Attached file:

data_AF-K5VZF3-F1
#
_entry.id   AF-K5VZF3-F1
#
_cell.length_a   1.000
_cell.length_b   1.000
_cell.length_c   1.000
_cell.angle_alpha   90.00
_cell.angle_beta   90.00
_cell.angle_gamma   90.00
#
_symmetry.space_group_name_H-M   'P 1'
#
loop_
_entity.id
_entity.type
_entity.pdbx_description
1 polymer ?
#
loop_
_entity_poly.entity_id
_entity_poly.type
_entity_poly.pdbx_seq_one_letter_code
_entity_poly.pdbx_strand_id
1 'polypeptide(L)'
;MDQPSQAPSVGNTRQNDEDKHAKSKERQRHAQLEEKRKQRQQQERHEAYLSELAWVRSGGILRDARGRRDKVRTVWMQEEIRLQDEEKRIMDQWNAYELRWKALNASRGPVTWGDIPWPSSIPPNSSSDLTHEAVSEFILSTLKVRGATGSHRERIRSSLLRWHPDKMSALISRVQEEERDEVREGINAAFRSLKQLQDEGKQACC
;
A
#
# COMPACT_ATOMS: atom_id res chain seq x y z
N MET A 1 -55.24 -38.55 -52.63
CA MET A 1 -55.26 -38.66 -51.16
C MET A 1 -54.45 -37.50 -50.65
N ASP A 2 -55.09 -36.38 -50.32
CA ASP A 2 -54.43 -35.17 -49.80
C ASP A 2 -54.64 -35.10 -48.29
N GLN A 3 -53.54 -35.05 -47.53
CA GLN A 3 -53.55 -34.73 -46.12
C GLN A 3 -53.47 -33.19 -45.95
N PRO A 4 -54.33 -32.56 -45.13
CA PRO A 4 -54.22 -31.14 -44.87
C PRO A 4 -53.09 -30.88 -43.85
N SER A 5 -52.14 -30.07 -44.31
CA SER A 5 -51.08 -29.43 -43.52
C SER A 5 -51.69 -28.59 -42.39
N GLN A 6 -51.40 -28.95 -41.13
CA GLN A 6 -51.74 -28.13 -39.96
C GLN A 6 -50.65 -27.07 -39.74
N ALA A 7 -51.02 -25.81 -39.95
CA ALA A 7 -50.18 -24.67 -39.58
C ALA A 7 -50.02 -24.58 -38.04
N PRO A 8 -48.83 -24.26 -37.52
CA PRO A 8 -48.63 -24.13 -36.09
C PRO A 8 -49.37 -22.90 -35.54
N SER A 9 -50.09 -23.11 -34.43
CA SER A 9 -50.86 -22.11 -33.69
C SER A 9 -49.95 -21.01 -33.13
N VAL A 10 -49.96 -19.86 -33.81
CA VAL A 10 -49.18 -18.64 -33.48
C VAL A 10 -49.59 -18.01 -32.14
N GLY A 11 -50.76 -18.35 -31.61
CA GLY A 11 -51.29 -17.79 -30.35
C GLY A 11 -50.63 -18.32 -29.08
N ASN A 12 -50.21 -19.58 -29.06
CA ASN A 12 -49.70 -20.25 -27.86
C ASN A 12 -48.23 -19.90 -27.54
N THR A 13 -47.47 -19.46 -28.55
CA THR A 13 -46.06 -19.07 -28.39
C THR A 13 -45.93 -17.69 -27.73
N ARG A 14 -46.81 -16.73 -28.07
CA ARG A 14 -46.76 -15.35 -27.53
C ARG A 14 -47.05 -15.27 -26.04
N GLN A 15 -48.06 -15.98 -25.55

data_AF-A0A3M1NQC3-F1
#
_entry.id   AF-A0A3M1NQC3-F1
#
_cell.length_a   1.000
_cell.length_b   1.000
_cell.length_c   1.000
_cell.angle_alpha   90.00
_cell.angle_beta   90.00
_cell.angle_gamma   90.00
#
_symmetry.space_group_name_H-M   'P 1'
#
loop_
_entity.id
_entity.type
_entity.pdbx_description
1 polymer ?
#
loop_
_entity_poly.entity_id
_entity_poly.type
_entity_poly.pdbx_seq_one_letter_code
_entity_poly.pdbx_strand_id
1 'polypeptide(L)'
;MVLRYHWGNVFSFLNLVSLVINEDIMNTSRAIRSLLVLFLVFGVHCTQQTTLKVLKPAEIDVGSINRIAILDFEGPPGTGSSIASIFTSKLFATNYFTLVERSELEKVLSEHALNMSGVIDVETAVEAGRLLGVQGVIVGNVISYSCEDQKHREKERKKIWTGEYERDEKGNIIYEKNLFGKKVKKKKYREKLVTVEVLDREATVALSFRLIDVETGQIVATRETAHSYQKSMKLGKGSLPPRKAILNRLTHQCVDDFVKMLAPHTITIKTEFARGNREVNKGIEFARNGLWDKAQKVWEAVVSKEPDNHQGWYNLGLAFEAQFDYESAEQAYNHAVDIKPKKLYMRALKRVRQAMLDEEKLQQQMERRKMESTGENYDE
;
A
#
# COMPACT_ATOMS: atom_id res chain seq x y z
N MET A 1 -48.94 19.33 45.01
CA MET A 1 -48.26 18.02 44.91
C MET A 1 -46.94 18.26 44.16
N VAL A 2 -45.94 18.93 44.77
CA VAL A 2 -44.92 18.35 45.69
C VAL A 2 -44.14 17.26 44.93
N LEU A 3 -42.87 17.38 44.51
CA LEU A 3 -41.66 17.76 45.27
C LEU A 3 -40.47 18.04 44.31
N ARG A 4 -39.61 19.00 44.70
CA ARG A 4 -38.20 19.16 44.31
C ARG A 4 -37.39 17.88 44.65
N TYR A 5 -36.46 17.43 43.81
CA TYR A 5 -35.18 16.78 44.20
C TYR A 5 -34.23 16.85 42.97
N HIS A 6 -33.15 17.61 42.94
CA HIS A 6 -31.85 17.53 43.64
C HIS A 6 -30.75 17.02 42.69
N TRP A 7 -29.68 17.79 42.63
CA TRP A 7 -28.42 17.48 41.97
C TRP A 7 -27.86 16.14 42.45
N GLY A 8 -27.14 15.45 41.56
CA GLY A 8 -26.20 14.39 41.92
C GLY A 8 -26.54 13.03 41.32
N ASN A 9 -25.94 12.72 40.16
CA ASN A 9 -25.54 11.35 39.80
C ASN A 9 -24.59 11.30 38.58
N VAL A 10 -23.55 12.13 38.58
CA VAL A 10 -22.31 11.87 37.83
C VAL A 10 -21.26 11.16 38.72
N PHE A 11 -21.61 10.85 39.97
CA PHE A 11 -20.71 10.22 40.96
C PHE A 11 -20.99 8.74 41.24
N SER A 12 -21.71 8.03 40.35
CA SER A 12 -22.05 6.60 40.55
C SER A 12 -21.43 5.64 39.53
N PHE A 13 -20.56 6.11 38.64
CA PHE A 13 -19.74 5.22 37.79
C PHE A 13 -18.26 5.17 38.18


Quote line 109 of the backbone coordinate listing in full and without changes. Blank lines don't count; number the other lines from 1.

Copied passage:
C VAL A 2 -44.14 17.26 44.93